As we’ve established in the previous instalments of our long-term 2016 Honda Jazz VTi-S, it is a car that ticks the boxes for practicality and spec, but how does it drive?
We figured it was best to first sample the Jazz on an urban loop, given that’s the way this type of car is typically used.
First, let’s run over the details of what’s under the Jazz’s bonnet: a 1.5-litre four-cylinder engine with 88kW of power at 6600rpm and 145Nm of torque at 4600rpm.
For the less gear-headed among you, that means that the engine does its best work at higher revs, and because the Jazz is fitted with a continuously variable transmission (CVT) automatic gearbox, you might find yourself spending a lot of time revving the car hard.
That can make the Jazz feel a little bit underpowered, because there’s no effortless urge those turbocharged competitors like the Suzuki Baleno and the Skoda Fabia/Volkswagen Polo have. Turbochargers allow the engine to pull harder low in the rev range, which is great for those moments of urgent acceleration.
Indeed, the Jazz can get a bit bogged down at times – if you slow down to take a tight uphill corner the drivetrain can be a bit sluggish to react, with the CVT auto robbing it of grunt.
If you’re just tootling around the suburbs, though, the engine copes fine under light to mid-throttle, and in those situations the transmission keeps up pretty well and responds commendably to sudden jabs of the throttle.
The Jazz, despite being in the light car class, is on the heavy side for a car of this size. It tips the scales at 1120 kilograms, where competitors like the Suzuki Baleno weigh in at just 955kg. That could have had some bearing on the fuel use we saw in the Jazz – on average, it sat at 7.6 litres per 100km during urban driving, despite a claimed consumption of 5.8L/100km.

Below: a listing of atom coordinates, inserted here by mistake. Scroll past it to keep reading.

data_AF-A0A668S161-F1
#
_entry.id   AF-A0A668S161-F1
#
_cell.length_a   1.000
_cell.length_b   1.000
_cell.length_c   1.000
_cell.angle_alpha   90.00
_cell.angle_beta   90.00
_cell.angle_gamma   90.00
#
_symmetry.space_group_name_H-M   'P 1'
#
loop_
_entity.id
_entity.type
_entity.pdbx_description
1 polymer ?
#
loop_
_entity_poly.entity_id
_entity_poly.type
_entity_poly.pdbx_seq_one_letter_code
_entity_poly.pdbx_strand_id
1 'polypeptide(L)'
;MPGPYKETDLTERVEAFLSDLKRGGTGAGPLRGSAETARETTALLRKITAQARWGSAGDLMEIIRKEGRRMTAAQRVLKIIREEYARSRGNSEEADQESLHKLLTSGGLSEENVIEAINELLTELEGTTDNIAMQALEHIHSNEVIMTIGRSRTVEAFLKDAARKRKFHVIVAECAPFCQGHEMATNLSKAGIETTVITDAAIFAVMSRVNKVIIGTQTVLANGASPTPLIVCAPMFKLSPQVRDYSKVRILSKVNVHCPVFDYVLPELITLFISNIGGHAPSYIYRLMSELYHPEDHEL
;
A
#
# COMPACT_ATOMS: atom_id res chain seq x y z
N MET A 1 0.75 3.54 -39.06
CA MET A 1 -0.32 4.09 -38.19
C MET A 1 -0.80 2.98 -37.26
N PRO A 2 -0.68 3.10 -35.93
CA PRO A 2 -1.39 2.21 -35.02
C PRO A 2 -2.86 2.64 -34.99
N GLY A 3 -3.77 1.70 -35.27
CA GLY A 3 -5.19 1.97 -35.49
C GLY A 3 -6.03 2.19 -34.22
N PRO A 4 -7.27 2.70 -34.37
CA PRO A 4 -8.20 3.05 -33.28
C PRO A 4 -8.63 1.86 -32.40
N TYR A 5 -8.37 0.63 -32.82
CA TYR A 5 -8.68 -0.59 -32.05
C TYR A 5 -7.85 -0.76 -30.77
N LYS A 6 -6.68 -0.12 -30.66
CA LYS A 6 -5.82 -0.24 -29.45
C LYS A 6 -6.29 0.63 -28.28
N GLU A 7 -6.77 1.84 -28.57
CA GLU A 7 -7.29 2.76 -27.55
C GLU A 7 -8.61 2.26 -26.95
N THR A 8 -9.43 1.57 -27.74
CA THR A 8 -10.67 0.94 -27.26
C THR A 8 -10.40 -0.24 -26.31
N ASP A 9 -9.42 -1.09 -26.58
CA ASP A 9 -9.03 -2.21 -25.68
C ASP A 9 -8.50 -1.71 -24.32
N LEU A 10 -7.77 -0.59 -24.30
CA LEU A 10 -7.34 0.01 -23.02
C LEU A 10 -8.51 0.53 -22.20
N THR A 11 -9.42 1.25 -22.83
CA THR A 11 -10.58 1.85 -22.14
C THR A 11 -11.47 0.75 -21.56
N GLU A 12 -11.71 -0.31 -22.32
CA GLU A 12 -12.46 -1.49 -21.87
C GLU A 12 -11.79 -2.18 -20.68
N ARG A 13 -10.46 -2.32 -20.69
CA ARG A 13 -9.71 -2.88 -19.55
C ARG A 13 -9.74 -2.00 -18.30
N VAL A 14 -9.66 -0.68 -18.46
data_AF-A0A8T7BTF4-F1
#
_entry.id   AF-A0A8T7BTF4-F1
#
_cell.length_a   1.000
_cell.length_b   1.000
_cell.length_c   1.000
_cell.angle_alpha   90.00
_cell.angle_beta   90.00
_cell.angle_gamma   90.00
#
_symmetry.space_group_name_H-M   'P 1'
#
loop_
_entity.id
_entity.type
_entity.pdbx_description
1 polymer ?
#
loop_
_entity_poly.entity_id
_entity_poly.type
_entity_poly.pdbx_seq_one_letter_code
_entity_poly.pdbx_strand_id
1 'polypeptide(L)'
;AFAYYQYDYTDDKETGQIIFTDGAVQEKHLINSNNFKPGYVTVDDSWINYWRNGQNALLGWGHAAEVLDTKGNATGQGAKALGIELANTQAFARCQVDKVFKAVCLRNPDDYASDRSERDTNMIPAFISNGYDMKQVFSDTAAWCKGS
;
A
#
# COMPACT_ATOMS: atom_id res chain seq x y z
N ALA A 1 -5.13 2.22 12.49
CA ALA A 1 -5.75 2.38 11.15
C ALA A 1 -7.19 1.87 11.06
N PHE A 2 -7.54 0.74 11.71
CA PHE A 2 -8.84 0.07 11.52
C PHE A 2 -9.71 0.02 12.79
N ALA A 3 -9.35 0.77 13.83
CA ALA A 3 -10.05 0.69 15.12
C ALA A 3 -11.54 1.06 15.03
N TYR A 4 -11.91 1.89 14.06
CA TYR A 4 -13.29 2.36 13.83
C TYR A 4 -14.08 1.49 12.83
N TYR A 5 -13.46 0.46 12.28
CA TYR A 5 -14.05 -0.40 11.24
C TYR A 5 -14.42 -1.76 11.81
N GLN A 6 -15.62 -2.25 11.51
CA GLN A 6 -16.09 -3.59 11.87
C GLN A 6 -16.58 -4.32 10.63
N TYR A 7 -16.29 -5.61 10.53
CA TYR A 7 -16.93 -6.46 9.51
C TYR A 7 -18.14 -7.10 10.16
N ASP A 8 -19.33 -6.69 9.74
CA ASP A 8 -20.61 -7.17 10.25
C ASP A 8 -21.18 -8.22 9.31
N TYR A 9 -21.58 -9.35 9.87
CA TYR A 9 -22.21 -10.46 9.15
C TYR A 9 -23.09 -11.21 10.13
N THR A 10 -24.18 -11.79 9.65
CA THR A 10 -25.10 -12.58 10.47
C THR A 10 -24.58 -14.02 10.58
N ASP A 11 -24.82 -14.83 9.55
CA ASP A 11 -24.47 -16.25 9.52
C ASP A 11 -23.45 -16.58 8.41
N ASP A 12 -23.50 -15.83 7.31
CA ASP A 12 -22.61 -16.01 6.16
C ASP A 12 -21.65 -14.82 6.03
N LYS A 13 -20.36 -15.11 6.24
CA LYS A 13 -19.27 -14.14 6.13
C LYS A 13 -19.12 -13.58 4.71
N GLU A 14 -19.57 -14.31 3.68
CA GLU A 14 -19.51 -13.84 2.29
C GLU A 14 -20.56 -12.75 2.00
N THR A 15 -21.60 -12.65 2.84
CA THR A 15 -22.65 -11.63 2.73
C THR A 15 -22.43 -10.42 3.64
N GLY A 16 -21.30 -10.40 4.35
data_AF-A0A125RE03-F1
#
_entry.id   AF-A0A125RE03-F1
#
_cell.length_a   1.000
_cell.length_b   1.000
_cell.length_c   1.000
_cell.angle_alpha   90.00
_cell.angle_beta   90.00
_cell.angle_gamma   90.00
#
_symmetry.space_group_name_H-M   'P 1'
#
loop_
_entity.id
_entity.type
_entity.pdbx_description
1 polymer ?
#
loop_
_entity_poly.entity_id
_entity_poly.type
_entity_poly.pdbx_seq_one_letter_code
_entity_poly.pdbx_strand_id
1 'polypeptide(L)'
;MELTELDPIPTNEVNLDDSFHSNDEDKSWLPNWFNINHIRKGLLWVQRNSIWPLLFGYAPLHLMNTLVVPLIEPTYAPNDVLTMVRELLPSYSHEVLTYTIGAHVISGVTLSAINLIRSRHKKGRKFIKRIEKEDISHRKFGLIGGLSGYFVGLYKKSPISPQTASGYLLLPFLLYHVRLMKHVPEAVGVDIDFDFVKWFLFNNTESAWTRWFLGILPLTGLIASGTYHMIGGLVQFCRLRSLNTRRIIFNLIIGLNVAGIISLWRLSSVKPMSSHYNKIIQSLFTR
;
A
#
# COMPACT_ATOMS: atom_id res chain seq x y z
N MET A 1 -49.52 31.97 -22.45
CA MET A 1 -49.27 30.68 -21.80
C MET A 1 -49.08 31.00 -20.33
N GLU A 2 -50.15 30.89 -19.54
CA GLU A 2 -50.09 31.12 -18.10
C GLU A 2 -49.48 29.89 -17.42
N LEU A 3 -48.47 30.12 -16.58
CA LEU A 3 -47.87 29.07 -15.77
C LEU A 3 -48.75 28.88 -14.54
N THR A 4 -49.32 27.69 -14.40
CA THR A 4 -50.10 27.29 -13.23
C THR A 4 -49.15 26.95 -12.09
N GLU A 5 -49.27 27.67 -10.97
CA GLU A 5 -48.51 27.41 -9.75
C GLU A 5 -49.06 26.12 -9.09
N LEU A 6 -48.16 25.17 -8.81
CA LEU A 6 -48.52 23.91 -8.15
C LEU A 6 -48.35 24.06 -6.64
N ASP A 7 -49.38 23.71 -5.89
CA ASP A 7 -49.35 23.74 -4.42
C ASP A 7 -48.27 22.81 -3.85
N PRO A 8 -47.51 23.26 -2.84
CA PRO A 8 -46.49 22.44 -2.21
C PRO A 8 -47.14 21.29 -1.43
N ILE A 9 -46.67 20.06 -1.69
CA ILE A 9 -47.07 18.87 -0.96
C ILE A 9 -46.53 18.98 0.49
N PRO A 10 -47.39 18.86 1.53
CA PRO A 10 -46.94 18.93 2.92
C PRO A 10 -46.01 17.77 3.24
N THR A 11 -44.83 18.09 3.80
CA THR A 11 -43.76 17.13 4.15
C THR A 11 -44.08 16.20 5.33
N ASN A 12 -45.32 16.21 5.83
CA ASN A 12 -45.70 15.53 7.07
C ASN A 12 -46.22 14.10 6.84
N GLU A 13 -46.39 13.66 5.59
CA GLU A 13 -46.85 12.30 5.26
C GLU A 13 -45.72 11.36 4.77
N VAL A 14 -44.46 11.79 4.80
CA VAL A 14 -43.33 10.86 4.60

A number of staff drove the Jazz during its time as part of the CarAdvice Sydney office furniture, and the feedback was all positive in terms of its performance around town.
Curt Dupriez, Trent Nikolic and myself all found it to be a great little urban runabout. Those guys live in the inner western suburbs of Sydney, so they got to do the daily grind run in heavy traffic, and there were no serious complaints about the way the car drove. Me? I live in the Blue Mountains, so my time was mostly spent at highway speeds – more on that in the next update.
Founder Anthony Crawford even took it home for a few nights (he usually prefers the sportier or more luxurious cars we have through the garage!), and he said the drivetrain was “surprisingly peppy”, and that he thought it was a “great little car, perfect for the city”.
There’s no doubt the Honda Jazz isn’t the newest car in this segment, and nor is it the most polished or special feeling inside. But it is, undoubtedly, a fantastic runabout.